In the mid-1950s, I was a reporter for the Kansas desk of the Topeka Daily Capital. The Kansas Territorial Centennial fell in that period and led to some colorful celebrations, including beard-growing contests. Part of my job was finding authentic old-timers to interview.
I read the country weeklies that came in the mail, and any announcement of someone’s 100th birthday was an event rare enough to send me halfway across the state to find that person.
Some centenarians lived in private homes, those of their children or grandchildren. The other option was one of the nursing homes, found in even very small towns.
Often, they were sponsored by a church. I remember one 100-year-old woman who advised me to find “a nice Christian girl” to marry. I think she would have been pleased with my choice. I found Sue in Topeka, and we came to Chapel Hill on our wedding trip.
Six decades later, we’re the old-timers, and options for dealing with aging are more complicated. Between our own home and the nursing home lies a broad range of choices.
That’s a problem I never anticipated. Decision-making under uncertainty is difficult enough when you are young. Age makes it worse.
The continuum of services begins with those that help keep us in our own home. Carolina Villages, a nonprofit serving Chapel Hill and Carrboro started providing such services last year. We joined it as soon as we found out about it. Sue and I downsized to a townhome in 2007, and the hassle of that move made us reluctant to ever consider another.
A more surefire way to manage the uncertainty would be to put up with one final move: to a Continuing Care Retirement Community (CCRC). The first one in Chapel Hill, Carol Woods, opened in 1979. The newest, The Cedars of Chapel Hill, started in 2004. A CCRC provides the whole continuum of choices from independent living through various levels of assisted living, and finally to a nursing home, but all in the same location. Starting at the first level, independent living, is a requirement. You have to be healthy enough to walk in the door, or they won’t let you in.
Once you make that financial commitment, it can be complicated to get out, depending on how the CCRC is structured. But at least you have reduced the hassle of further lifestyle decisions.
Our current strategy is to dig in and look for every resource we can find to help us stay right where we are until our infirmities are great enough to make our long-term care insurance policies kick in. Those would help support us in an assisted living facility like Wynwood, where our friend Chuck Stone spent his last years.
Chances that we’ll both use those policies are slim. Invoking them requires medical certification that you need help to perform at least two of five specified activities of daily living: bathing, dressing, toileting, eating, and getting in or out of a chair or bed. Only 44 percent of men who reach the age of 65 ever get to that point. For women, the risk is higher: 72 percent. These numbers come from the American Association for Long-term Care Insurance.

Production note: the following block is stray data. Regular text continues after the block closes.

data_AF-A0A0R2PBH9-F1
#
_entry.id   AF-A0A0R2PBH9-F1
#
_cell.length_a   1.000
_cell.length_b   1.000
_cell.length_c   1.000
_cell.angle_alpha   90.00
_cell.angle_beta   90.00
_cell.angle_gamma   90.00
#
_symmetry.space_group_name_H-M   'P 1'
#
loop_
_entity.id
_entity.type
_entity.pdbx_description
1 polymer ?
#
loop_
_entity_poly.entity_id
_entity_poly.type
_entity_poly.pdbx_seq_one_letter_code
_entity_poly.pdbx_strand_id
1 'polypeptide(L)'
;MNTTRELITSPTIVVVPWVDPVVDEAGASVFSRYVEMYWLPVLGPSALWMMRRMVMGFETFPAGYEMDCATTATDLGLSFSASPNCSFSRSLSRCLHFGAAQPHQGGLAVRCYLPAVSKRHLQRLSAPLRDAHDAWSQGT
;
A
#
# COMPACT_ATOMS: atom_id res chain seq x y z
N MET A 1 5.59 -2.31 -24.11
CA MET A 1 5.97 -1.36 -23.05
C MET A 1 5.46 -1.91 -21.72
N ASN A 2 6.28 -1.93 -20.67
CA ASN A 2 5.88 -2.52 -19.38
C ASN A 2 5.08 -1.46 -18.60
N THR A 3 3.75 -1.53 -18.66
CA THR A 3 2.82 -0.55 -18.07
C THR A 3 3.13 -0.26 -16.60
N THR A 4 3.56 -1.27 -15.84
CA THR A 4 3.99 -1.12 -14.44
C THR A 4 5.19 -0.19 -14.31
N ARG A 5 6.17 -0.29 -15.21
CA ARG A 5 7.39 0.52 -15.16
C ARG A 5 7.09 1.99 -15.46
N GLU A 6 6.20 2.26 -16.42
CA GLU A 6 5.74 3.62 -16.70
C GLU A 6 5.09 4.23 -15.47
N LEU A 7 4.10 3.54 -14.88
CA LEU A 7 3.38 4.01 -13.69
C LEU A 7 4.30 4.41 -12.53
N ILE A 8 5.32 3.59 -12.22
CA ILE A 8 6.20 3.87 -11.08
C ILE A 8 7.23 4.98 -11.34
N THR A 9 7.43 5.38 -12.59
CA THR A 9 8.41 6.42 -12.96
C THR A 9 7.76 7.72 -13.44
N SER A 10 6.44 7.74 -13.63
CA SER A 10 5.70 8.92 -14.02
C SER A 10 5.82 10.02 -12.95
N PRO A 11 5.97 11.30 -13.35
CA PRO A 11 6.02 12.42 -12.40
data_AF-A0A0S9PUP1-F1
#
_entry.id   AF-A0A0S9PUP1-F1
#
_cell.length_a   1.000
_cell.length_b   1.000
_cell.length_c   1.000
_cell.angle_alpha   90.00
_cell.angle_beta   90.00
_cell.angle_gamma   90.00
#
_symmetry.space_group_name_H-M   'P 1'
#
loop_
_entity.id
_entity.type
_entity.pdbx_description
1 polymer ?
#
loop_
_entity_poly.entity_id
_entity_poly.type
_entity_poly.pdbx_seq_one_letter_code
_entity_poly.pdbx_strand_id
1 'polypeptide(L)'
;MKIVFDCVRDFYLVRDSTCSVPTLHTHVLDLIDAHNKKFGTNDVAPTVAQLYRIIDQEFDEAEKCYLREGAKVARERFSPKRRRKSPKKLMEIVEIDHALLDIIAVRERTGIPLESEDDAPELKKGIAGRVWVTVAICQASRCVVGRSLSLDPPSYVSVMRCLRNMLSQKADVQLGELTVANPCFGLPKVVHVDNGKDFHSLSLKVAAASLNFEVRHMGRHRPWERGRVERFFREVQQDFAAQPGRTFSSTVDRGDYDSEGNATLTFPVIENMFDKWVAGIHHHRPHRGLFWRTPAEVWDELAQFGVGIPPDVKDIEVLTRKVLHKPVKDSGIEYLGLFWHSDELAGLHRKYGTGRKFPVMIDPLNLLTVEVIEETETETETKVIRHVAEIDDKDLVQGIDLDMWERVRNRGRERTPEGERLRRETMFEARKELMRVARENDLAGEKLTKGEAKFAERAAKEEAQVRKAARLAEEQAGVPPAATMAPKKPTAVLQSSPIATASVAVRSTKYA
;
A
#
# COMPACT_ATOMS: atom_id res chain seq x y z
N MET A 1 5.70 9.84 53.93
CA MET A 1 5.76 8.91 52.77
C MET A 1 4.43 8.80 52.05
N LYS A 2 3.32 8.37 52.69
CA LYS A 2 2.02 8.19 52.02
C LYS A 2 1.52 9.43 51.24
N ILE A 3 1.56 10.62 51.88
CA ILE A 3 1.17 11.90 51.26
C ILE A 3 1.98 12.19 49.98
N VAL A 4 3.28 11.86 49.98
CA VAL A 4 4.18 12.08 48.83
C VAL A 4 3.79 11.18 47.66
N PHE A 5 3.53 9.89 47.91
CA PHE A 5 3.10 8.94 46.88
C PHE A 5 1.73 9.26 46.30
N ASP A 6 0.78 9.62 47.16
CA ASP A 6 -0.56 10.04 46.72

It helps to think about it if you prioritize your outcomes. Think of it as a game with nature the opponent. Nature has two cards to play: disable us or not. Our cards: move to a CCRC or age in place as long as we can.
That yields four possible outcomes. Not everyone will have the same priorities. For us, the ranking is:
In classical decision theory, the goal is to assure the least of the worst possible outcomes. On that basis, we ought to go with aging at home.
But wait. Your rankings might be different. One advantage of the CCRC is that the transition from independence to assisted living is seamless. You don’t have to plan, you don’t have to move. Everything you need is on one campus. You can spend your golden years thinking about other things.
For a couple, a compromise might be to age in place until one needs assisted living. The other would still be able to make decisions and do some heavy lifting in the transition. Based on the figures above, the probability that at least one of us will need assisted living is high: 84 percent.
Aging in place is a national trend now, and Chapel Hill-Carrboro has several neighborhood associations that try to help. Carolina Villages is the only one with professional staff.
We try to be active in both our neighborhood group for its social functions and Carolina Villages for practical help when and if we need it. It’s a gamble, but we’re rolling our own dice.
Phil Meyer is a member of both Carolina Villages and the Southern Village Aging-in-Place group.